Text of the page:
Invasiveness and status as pests

The larval stage of the Fiery Skipper is known to damage Turfgrass, something that has become a problem in the states of California and Hawaii.[4] Turfgrass is a term used to refer to grass blades that are tightly associated with one another by roots, leaves, and stems, and grown for a variety of reasons including aesthetics, density, and consistency.[13] Other butterflies of the genus Hesperiidae may be considered as pests to other plant systems such as bananas and palms.[14]

In 1970, Fiery Skippers were first discovered in Hawaii and have since populated all islands but that of Lana.[9] Following its discovery on the island of Oahu, the Fiery Skipper has become known as an invasive species with primary concerns centered around larval consumption of turfgrass.[11][9]

Treatment of turfgrass with the use of insecticides is recommended if the number of Fiery skipper larvae is found to be 15 after surveying a plot.[3] A 1959 article in Southern California Turfgrass Culture identified Fiery Skipper larvae commonly occurring on and causing damage to bentgrass and suggested the use of aldrin, dieldrin, or heptachlor sprays as insecticides.[15] A mixture of either 0.0015% pyrethrins or 0.25% detergent with 4L of water may also be used to survey the number of Fiery Skipper larvae present within a given patch. The technique works best in 1,860 cm2 (288 sq in) circular patches.[16] Surveying should occur within 5 to 10 minutes of application with roughly 90-100% of larval populations present.[16]

"NatureServe Explorer 2.0 Hylephila phyleus Fiery Skipper". Retrieved 3 October 2020.
Brock, J.P. and Kaufman, K. (2003). Kaufman Field Guide to Butterflies of North America. New York, New York: Hillstar Editions L.C. p. 302.
Deputy, J. and Hara, A. 2000. Destructive turf caterpillars in Hawaii. College of Tropical Agriculture and Human Resources IP-5:10-14.
Potter, D.A. and Braman, S.K. 1991. Ecology and management of turfgrass insects. Annual Review of Entomology 36:383-406.
Runquist, E.B., Forister, M.L., and Shapiro, A.M. 2012. Phylogeography at large spatial scales: incongruent patterns of population structure and demography of Pan-American butterflies associated with weedy habitats. Journal of Biogeography 39:382-396.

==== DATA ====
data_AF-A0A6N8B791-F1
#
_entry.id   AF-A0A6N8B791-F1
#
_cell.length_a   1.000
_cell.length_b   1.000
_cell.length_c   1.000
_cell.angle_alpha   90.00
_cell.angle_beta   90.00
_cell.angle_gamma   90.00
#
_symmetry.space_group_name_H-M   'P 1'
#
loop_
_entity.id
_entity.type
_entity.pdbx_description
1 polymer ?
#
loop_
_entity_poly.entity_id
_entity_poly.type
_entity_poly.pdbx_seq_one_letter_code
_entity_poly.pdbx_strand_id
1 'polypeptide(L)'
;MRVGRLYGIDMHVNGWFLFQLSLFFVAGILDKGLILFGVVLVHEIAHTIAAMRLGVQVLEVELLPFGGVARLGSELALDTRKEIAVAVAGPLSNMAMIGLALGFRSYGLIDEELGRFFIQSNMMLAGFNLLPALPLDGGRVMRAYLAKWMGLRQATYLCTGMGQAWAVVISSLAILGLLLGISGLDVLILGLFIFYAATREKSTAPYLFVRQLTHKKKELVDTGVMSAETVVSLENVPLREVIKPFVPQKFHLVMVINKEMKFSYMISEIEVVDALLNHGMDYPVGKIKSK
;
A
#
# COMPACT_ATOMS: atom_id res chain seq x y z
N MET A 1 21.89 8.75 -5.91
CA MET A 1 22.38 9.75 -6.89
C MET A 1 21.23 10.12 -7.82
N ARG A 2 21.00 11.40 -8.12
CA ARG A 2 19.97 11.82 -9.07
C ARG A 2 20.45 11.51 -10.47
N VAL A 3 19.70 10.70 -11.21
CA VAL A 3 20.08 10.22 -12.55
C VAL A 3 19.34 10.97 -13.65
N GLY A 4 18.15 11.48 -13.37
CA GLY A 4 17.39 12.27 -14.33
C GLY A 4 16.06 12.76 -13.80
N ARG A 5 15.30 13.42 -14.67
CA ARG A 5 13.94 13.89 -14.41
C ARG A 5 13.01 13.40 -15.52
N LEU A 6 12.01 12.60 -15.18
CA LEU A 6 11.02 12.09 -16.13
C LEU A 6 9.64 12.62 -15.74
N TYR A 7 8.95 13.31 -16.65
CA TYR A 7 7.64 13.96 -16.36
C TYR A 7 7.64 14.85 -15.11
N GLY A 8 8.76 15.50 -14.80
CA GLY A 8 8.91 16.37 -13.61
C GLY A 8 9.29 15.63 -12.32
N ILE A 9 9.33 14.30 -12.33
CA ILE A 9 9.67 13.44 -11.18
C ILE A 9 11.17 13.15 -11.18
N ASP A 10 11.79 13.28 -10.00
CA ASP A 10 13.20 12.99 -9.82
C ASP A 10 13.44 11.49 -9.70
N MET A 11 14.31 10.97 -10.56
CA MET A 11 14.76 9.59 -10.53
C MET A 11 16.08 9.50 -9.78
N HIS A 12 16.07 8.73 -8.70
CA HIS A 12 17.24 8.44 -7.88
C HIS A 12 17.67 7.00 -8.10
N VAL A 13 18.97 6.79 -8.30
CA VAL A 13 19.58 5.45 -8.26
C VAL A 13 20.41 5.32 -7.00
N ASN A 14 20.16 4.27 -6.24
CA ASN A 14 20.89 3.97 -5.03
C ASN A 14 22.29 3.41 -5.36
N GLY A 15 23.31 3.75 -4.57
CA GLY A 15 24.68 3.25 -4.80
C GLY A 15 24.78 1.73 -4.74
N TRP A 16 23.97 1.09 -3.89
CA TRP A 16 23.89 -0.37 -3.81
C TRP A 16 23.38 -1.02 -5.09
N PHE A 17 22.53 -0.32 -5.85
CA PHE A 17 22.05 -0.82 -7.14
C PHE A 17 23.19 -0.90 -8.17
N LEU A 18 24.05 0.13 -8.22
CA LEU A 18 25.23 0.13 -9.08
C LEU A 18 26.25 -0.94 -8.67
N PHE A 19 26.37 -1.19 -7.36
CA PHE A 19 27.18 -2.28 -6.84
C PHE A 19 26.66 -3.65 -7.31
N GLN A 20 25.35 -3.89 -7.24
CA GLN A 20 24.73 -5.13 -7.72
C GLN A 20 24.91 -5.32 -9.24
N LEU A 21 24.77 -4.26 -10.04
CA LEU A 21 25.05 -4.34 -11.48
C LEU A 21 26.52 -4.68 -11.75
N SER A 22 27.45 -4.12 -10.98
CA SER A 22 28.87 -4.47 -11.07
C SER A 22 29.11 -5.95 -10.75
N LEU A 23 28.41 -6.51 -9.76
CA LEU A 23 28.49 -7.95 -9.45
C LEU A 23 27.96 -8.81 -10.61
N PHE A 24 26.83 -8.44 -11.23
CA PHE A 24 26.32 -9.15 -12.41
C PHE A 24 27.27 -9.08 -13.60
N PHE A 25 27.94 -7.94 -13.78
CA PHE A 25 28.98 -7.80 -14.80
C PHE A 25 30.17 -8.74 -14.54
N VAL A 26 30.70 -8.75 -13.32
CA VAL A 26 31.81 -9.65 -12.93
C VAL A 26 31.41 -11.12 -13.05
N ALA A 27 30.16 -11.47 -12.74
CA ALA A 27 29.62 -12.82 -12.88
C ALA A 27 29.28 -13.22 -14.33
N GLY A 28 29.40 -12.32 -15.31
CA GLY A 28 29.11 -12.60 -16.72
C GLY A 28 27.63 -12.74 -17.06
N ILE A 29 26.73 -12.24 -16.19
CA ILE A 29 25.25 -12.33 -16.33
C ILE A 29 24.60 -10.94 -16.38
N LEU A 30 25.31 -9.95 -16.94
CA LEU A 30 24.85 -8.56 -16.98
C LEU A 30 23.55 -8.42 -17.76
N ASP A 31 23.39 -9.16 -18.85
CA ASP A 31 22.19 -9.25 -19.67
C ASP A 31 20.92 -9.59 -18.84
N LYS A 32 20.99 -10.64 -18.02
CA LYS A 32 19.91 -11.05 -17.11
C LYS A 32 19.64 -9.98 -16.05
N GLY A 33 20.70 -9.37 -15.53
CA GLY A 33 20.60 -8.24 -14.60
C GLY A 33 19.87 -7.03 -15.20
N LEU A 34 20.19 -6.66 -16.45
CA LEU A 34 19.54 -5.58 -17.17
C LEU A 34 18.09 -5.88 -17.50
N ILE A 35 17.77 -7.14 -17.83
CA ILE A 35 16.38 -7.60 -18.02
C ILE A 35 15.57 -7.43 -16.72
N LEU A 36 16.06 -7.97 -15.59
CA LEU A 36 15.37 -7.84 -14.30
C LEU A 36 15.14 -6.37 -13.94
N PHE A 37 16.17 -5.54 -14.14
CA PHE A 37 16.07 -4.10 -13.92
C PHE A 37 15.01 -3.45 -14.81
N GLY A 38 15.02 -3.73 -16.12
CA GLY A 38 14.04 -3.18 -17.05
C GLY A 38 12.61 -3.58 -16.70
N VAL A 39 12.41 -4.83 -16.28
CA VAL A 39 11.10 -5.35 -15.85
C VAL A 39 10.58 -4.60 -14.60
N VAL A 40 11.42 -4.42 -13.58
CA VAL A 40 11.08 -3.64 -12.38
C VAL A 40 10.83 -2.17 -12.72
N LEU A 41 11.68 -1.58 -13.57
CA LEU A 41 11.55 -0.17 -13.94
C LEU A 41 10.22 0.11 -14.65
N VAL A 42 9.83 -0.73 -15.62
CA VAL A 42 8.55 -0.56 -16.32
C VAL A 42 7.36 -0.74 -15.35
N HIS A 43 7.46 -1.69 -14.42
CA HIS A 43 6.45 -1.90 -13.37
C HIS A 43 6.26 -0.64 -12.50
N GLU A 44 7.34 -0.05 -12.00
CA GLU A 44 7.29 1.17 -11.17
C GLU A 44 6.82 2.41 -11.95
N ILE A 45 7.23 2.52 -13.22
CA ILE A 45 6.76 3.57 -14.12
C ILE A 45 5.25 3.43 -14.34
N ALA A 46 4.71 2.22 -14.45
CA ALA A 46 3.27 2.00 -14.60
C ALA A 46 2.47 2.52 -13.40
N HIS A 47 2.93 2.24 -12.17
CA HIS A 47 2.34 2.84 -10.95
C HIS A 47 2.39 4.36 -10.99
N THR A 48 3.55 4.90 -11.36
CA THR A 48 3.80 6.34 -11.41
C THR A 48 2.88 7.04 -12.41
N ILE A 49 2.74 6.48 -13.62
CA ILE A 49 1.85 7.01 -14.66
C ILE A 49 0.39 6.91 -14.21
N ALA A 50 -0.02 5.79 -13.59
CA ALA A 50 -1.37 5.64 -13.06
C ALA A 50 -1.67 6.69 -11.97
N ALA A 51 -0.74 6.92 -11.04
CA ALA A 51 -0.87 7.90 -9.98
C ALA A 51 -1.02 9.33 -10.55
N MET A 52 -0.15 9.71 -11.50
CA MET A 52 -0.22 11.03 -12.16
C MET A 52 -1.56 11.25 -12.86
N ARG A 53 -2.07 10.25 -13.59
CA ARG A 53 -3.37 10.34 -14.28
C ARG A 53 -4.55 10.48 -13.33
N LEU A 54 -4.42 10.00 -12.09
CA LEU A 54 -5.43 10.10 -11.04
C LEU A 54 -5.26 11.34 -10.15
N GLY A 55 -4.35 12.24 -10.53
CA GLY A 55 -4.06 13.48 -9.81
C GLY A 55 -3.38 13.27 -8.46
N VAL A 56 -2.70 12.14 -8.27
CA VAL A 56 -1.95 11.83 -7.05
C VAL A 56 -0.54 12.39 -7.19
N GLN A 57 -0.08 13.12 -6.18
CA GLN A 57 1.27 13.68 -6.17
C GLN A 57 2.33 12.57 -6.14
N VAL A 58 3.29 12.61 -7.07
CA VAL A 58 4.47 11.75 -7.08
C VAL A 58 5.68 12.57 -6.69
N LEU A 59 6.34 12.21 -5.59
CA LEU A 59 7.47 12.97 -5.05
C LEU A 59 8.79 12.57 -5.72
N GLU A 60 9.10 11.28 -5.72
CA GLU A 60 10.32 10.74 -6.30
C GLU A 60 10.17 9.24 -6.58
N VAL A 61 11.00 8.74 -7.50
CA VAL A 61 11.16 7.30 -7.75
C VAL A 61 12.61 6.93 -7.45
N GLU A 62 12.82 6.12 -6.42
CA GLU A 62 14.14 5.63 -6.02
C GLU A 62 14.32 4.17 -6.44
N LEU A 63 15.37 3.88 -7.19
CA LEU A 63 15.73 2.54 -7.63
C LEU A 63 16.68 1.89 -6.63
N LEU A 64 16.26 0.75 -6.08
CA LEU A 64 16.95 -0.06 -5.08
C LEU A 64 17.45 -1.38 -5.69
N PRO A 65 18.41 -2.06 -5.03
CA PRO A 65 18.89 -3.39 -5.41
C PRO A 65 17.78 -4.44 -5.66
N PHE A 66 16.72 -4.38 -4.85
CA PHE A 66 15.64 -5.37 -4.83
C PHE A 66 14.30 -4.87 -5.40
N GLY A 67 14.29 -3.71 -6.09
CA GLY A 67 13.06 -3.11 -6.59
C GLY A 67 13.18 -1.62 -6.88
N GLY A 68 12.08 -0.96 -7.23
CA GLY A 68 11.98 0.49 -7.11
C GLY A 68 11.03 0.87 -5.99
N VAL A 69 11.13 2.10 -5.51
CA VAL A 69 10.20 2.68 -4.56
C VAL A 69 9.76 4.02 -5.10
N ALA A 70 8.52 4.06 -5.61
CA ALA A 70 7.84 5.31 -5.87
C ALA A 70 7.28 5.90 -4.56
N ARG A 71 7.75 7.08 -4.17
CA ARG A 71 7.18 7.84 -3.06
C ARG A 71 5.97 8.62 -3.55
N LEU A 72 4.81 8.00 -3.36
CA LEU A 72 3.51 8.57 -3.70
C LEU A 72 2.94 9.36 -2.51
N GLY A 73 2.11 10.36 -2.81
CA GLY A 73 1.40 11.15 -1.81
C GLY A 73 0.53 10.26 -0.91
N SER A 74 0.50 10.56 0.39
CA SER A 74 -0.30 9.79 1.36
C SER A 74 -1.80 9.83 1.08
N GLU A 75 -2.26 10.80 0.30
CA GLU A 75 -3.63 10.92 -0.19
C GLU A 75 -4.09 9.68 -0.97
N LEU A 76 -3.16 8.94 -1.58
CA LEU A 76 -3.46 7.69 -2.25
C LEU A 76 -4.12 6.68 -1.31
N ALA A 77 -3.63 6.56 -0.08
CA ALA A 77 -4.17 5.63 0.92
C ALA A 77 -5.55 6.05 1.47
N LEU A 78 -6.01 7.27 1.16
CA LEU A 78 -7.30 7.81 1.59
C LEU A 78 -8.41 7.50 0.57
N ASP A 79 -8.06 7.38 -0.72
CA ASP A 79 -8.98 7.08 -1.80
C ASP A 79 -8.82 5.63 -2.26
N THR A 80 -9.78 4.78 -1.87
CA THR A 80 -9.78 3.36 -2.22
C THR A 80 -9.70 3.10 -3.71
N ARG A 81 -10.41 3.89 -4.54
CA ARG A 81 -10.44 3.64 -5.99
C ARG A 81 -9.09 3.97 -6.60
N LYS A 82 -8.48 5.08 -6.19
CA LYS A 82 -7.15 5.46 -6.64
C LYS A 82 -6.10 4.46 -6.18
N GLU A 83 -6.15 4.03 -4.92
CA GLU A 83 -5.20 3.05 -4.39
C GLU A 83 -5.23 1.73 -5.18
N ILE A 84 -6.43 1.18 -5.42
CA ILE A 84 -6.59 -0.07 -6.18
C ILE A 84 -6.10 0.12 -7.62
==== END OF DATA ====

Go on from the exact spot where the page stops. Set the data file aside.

"Fiery Skipper - Alabama Butterfly Atlas". Archived from the original on 21 July 2021. Retrieved 21 July 2021. "The Fiery Skipper is an inhabitant throughout the southern United States southward through the West Indies, Central America, and Argentina. During the summer months, it may migrate northward to the New England states, southern Ontario, southern Minnesota, and northern California. It is largely absent from the Rocky Mountain region."
Shapiro, I.D. 1977. Interaction of population biology and mating behavior of the fiery skipper, Hylephila phyleus (Hesperiidae). The American Midland Naturalist 98:85-94.
Clements, J.C. 2012. First record of the fiery skipper, Hyphelia phyleus Drury (Lepidoptera: Hesperiidae) from New Brunswick, Canada. Journal of the Acadian Entomological Society 8:59-60.
Tashiro, H. and Mitchell, W.C. 1985. Biology of the fiery skipper, Hylephila phyleus (Lepidoptera: Hesperiidae), a turfgrass pet in Hawaii. Proceedings of the Hawaiian Entomological Society 25:131-138.
Thacker, P.D. 2004. California butterflies: at home with aliens. BioScience 54:182-187.
Murdoch, C.L., Tashiro, H., Tavares, J.W., and Mitchell, W.C. 1990. Economic damage and host preference of Lepidopterous pests of major warm season trufgrasses of Hawaii. Journal of Integrated Pest Management 30:63-70.
Tofangsazi, N., Cherry, R.H., Meagher, R.L., and Arthurs, S.P. 2014. Tropical sod webworm (Lepidoptera: Crambidae): a pest of warm season turfgrass. Journal of Integrated Pest Management 5:c1-c8.
Beard, J.B. 1973. Turfgrass: science and culture. Englewood Cliffs, NJ: Prentice Hall.
Cook, M.J.W. 2015. A critical review of the literature on the pest Erionota spp. (Lepidoptera, Hesperiidae): taxonomy, distribution, food plants, early stages, natural enemies and biological control. CAB Reviews 10:1-30.
Jefferson, R.N., Deal, A.S., and Sher, S.A. 1959. Turfgrass and dichondra pests in southern California. Southern California Turfgrass Culture 8:9-16.
Tashiro, H., Murdoch, C.L., and Mitchell, W.C. 1983. Development of a survey technique for larvae of the grass webworm and other Lepidopterous species in turfgrass. Environmental Entomology 12:1428-1432.